Apart from these economic benefits, copyrighted work provides certain moral rights under Section 57 of the Indian Copyright Law.  It gives the right of paternity, which is an author’s right to claim his work as his own and to prevent anyone else from claiming it. It also provides for the right of integrity, where the author is entitled to prevent distortion, mutilation, or other modifications to his work, or any other action in connection with such a work that would be detrimental to his honour or reputation. However, not all benefits from the copyright law result in creativity. There may be other reasons for an increase in creativity and not necessarily copyright as an incentive to creativity.

Other factors acting as incentives for creativity

Creative ideas are often supported by other factors besides formal Intellectual Property (IP) recognition, such as market incentives, cognitive psychology, social norms, first-mover advantages, path-dependency, or just plain luck. It is going to be very challenging to map out these factors across fields that vary greatly in terms of markets, participants, practices, and norms.

Observing a copyright-dependent industry makes it difficult to determine if the license is causally related to creativity in that setting, or merely coincidental. A good place to start would be in creative fields that have little or no intellectual property protection.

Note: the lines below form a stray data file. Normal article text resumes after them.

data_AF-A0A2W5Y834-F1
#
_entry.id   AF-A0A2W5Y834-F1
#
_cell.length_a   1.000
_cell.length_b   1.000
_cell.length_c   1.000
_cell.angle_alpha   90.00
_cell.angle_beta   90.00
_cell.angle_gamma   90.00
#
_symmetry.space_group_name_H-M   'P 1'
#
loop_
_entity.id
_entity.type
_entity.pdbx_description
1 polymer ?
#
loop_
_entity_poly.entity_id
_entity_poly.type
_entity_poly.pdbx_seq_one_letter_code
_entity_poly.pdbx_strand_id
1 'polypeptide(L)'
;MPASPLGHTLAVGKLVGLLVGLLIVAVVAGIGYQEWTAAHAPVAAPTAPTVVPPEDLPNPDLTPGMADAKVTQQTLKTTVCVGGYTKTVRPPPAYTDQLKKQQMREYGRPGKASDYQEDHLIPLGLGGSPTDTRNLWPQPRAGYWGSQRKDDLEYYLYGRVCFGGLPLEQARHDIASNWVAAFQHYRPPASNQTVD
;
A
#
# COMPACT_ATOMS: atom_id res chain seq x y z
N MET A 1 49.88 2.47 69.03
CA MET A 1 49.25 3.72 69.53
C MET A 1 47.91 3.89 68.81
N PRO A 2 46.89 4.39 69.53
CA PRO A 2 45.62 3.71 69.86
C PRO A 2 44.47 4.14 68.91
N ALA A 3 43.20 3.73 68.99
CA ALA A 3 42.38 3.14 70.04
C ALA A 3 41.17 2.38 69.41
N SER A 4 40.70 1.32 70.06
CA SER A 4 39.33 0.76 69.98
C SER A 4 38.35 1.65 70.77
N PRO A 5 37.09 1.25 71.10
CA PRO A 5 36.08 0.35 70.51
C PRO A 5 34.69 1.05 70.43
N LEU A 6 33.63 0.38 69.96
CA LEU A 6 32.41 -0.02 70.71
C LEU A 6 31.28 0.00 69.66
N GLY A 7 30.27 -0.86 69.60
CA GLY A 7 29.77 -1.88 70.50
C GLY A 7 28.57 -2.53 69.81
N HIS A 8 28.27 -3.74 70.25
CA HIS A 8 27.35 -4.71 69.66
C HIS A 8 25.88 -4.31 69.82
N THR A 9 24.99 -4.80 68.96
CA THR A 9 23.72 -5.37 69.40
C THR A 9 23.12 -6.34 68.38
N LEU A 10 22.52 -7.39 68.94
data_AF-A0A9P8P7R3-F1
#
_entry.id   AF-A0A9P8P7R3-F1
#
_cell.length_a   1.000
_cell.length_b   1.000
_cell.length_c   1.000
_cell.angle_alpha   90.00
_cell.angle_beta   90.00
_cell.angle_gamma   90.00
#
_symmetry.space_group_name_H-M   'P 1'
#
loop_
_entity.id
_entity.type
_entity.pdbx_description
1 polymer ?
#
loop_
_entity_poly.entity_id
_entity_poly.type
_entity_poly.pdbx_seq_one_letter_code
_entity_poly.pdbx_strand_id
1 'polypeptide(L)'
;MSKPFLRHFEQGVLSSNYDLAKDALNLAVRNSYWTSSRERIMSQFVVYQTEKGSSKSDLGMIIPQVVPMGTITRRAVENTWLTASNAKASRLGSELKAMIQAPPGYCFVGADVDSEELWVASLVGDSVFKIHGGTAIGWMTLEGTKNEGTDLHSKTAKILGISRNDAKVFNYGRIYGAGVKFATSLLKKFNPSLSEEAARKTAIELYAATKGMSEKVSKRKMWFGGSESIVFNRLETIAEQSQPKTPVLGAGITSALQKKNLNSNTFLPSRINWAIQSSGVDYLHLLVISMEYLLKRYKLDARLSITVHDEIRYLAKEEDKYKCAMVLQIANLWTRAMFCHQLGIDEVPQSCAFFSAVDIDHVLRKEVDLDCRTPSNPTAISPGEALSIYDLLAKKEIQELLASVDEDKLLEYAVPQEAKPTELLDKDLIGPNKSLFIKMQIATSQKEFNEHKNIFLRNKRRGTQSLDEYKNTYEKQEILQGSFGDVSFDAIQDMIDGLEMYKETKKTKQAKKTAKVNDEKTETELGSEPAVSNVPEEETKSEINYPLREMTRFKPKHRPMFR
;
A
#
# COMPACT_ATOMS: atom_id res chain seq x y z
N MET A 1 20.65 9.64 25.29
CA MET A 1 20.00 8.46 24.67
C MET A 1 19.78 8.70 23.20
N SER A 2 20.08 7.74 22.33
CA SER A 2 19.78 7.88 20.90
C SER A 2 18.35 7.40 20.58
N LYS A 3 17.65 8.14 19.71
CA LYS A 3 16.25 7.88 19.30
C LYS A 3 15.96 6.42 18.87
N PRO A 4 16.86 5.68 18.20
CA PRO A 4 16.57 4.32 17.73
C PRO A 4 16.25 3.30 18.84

Some examples are culinary arts, fan fiction, financial instruments, fashion design, sports plays, stand-up comedy, tattoos, and professional magic. Fanfiction, for example, or magic are very niche. However, some of them are huge, such as fashion and cuisine. When we see innovation in these fields, we ought to ask what, beyond copyright, is promoting investment in new creativity.

According to the WIPO study, reputational rewards and returns from altruistic behaviour are important sources of satisfaction for artists. As an example, prizes and grants generate recognition and appreciation for artistic work that exceeds the satisfaction gained from transferring money and annuities (income or prize money alone). There are, however, some trade-offs involved. Artists who perform in public and practice arts altruistically report being more satisfied, however such “give-away culture” also decreases their income. It is less clear-cut than one would have expected from previous economic research that “procedural utility” represents another source of motivation – in other words, the satisfaction artists derive from working in the arts and involving themselves in creative processes. The motivational level of creativity is subjective for each artist or author.

Considering an example of the fashion industry, it is evident that minimal IP is applied. Fashion design is appealing, and it is copied. The design gains market prominence as others adopt it until it becomes a trend. Copying creates trends, and trends promote fashion. It is, however, a two-way street. The trend becomes overdone as more copies of the design appear, and early adopters abandon the trend that copying is helping cement. That’s how trends work. Copying plays a vital role in this process. It fuels the cycle and makes it more efficient. Despite its lack of protection from intellectual property, the fashion industry is not a soulless wasteland-or, if it is, then those incentives aren’t the reason. Sometimes copying contributes to creativity, causing consumer demand, which leads to more production in the fashion industry. This is a very different story from the traditional view that linking copying with creativity justifies copyright laws.